At the very least, with his nose for the end zone, he would make a damn good goal-line back for some team.


    Darren Sproles, San Diego Chargers – Released
    Depending on what a team needs, Sproles could be higher – or lower – on this list. He is lightning in a bottle and a tremendous special teams player. But, regardless of what most Chargers’ fans seem to think, he is not and never will be an every-down back. He could be a perfect compliment to a feature back elsewhere and also quickly up a team’s special teams sauce. He will, however, come at a healthy price.


    Larry Johnson, Cincinnati Bengals – Unrestricted
    Johnson probably deserves to be a little higher on the list, but his off-the-field and locker room problems from the past, will force teams to do a double take before even breaking down what skills he still has as a runner.
    In his prime, few backs ran with the same amount of authority as LJ. He didn’t run around people even though he could, he ran through them… and he liked to. We saw some flashes in Cincinnati after he got out of the plague of Kansas City last year, but there are still serious questions remaining how much he has lost after all of the touches, yardage and abuse he took in a short number of years in KC.


    Kevin Faulk, New England Patriots – Unrestricted
    Faulk is perfect in his change-of-pace, third-down role the Patriots have used him in. He is getting up there in years, but with his reduced role he still has plenty of juice left in the tank to keep on doing what he does. I have a hard time seeing him leave New England, even if more money is offered, because the two work so well together.


    Brian Westbrook, Philadelphia Eagles – Released
    Few backs are as fluid in the receiving game as they are in the running game, and Westbrook ranks right up there near the top. However, staying on the field has been a serious problem during his career and further escalated last year with two concussions and eight games on the sidelines.
    There has been speculation of retirement, but it sounds like he may give it another whirl. Now that the Eagles have released him, that may give him one more reason to strongly consider the retirement option if another Super Bowl contender doesn’t come knocking.


    Cadillac Williams, Tampa Bay Buccaneers – Restricted

    Knees are on borrowed time...
    Cadillac actually made it 16 games last season, the first time in his five-year career that happened. However, his knees are on borrowed time, his yards per carry has been over 4.0 just once – and barely – during his career and he is a major injury liability. I have to tip the hat to him for his heart and determination; unfortunately he doesn’t have a body that can hold up its end of the bargain.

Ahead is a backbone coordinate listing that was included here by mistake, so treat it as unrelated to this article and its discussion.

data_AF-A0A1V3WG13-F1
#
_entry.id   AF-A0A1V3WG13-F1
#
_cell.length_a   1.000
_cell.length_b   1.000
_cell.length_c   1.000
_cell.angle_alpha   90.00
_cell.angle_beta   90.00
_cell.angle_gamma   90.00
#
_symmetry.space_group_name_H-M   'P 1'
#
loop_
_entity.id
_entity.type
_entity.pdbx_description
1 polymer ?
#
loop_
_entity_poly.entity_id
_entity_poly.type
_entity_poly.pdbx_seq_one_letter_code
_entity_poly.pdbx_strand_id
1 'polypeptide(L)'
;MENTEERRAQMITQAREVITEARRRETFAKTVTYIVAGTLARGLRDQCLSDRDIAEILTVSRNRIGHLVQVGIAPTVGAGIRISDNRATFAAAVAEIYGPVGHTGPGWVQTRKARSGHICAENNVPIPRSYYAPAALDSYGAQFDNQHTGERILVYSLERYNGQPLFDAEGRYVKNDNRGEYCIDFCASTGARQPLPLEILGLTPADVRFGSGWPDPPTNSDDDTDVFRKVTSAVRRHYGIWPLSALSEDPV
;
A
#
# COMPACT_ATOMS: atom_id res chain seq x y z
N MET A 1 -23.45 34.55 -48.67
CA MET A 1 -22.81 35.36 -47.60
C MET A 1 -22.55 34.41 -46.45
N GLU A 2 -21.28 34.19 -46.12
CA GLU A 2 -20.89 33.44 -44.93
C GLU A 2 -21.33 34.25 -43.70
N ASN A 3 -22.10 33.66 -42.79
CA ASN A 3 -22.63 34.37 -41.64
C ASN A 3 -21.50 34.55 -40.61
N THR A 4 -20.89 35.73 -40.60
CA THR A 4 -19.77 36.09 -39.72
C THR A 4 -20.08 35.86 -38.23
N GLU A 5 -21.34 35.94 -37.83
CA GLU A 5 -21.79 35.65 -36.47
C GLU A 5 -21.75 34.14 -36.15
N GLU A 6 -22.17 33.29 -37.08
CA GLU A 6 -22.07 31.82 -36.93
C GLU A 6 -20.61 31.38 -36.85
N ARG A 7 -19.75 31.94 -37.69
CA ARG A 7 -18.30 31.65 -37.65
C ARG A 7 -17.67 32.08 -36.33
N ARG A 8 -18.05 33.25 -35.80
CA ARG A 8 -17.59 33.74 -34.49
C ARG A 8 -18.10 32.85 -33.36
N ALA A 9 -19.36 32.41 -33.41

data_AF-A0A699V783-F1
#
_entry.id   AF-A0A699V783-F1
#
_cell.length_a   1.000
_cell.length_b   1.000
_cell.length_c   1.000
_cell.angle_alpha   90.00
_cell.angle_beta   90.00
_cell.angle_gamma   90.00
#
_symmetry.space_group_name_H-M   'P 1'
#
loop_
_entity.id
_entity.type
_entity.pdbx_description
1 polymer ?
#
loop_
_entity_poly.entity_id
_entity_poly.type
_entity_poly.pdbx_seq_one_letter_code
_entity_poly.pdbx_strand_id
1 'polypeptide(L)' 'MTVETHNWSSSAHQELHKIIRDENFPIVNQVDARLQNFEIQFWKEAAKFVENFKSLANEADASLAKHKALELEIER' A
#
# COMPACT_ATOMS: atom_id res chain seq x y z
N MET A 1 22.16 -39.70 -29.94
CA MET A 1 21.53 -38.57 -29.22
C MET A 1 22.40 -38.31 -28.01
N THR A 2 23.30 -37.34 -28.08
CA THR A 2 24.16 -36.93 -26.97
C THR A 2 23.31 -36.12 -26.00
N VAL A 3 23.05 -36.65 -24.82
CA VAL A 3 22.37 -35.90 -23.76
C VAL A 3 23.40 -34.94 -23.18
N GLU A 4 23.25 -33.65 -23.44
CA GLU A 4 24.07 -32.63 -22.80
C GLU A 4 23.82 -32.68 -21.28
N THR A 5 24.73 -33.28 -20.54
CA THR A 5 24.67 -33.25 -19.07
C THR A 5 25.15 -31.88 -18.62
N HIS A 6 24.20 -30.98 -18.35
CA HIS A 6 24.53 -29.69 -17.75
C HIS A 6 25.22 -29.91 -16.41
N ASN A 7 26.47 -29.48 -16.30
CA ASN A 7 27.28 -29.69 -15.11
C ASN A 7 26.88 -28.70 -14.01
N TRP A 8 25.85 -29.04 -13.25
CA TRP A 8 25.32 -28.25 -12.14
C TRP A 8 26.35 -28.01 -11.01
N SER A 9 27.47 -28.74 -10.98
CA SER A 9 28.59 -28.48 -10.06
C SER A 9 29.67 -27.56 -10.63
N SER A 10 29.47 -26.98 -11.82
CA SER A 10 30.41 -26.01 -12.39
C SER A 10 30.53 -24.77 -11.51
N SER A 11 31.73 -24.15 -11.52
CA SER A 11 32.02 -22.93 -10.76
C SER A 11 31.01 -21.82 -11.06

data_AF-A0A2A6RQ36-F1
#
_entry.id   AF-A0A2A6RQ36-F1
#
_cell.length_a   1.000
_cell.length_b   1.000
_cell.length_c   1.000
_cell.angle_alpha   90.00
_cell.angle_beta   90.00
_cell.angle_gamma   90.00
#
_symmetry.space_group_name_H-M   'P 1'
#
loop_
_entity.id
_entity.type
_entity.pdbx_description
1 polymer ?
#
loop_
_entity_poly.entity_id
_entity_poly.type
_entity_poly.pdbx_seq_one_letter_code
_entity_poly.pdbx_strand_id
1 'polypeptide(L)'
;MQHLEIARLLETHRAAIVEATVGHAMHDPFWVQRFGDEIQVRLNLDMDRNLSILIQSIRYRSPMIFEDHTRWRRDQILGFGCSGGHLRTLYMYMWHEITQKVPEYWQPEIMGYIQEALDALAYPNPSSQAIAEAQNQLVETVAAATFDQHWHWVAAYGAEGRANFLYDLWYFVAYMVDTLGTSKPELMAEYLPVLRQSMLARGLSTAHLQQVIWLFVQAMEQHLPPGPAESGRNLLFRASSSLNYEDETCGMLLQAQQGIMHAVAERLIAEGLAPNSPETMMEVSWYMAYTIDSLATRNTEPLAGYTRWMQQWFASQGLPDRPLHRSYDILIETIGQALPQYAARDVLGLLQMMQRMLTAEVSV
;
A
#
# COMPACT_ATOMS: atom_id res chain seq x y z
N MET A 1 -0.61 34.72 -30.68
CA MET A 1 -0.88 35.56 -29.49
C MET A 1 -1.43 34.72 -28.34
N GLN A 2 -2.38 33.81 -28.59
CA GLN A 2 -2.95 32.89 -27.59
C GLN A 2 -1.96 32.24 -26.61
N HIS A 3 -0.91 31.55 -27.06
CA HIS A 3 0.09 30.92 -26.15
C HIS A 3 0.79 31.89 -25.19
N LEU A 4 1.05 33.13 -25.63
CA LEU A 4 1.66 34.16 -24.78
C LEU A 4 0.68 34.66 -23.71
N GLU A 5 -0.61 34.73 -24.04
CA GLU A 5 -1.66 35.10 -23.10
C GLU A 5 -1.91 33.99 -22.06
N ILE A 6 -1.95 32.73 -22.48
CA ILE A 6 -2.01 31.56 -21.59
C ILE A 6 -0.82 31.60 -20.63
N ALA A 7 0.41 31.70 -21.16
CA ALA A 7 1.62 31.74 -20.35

Willie Parker, Pittsburgh Steelers – Unrestricted
    Fast Willie Parker he isn’t anymore, and he was never able to get on track last year despite entering the season healthier and more dedicated than he had in a number of years. A running back hungry team, which there aren’t a lot of right now, may be interested, but there is upside with the younger backs coming out of college, who also come at a much cheaper price.


    Jamal Lewis, Cleveland Browns – Released
    Talks of retirement were clear last year. Will he give it one more year with another ball club? With a lot of miles and the way veteran backs seem to disappear quietly into the night, Lewis’ days are probably numbered.

  5. #85

    Re: should we draft a RB in rounds 1 or 2?

    I know alot of people would foo foo this idea but I would love to bring in a couple FA running backs to free up the draft. Sproles and White. I know alot of people don't like White but he can run between the tackles...and Sproles would be an improvement on STs and as our third down back.

  6. #86
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    Re: should we draft a RB in rounds 1 or 2?

    If we can get tougher in the trenches and improve our defensive backfield (and younger on D-line and safety), we will be a much improved team. I hope this draft is focused there, esp in early rounds.